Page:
In 2015, CASE began collecting lessons from hundreds of entrepreneurs and investors and started to build a set of online training materials covering subjects like: preparing to talk to investors, analyzing the amount and kind of capital needed, building scenarios for different funding, understanding the array of specialized impact capital vehicles, and developing tactics to engage in great relationships with investors. CASE calls the tools Smart Impact Capital because they are designed to help entrepreneurs be smarter about their fundraising process, and avoid the common pitfalls of raising outside capital to fuel impact and growth.
Unlike timebound online courses, Smart Impact Capital was designed to allow busy entrepreneurs and their teams to engage from anywhere at their own pace with the content, including interviews with entrepreneurs and investors, short videos, toolkits for immediate implementation, and shortcut guides.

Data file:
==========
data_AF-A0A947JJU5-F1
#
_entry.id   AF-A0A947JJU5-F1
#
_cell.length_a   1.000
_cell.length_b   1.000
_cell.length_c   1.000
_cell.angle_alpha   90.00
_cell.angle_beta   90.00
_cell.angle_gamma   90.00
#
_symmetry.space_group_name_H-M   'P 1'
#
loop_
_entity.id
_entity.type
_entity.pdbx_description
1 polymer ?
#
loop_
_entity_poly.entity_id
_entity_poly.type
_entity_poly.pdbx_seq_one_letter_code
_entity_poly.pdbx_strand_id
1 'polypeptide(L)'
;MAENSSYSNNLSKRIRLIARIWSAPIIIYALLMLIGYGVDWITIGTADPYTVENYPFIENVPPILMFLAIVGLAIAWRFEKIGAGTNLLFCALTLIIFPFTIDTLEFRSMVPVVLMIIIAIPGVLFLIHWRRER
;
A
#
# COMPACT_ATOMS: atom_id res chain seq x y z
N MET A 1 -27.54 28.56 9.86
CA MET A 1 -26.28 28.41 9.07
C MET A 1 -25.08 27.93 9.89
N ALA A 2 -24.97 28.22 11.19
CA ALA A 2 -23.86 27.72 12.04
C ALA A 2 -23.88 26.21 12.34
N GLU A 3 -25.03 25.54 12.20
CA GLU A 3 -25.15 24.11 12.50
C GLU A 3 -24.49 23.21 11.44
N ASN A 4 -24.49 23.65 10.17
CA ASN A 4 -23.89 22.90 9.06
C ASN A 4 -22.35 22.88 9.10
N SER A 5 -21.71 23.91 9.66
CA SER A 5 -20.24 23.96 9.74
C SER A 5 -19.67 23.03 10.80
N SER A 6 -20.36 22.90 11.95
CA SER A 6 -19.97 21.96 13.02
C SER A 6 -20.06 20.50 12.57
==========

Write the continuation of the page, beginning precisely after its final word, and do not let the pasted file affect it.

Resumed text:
According to Cathy Clark, Faculty Director of CASE and the CASE i3 Initiative on Impact Investing who is also lead author of the modules, “We saw a real gap in the marketplace, and wanted to fill it. The materials are designed to reduce the dizzying array of information and advice available online and in reports into shortcuts and useful tools crafted and vetted by leading investors, funders, CEOs and CFOs. It’s practical, tightly edited, and it brings together information that is hard to integrate across the subfields of impact investing. Very few people are experts on pay for success contracts, program-related investments, AND crowdfunding, for example. Very few have access to expert advice on these topics from investors like Acumen, Elevar, Investors’ Circle, the MacArthur Foundation, and USAID. These modules can truly give you a leg up.”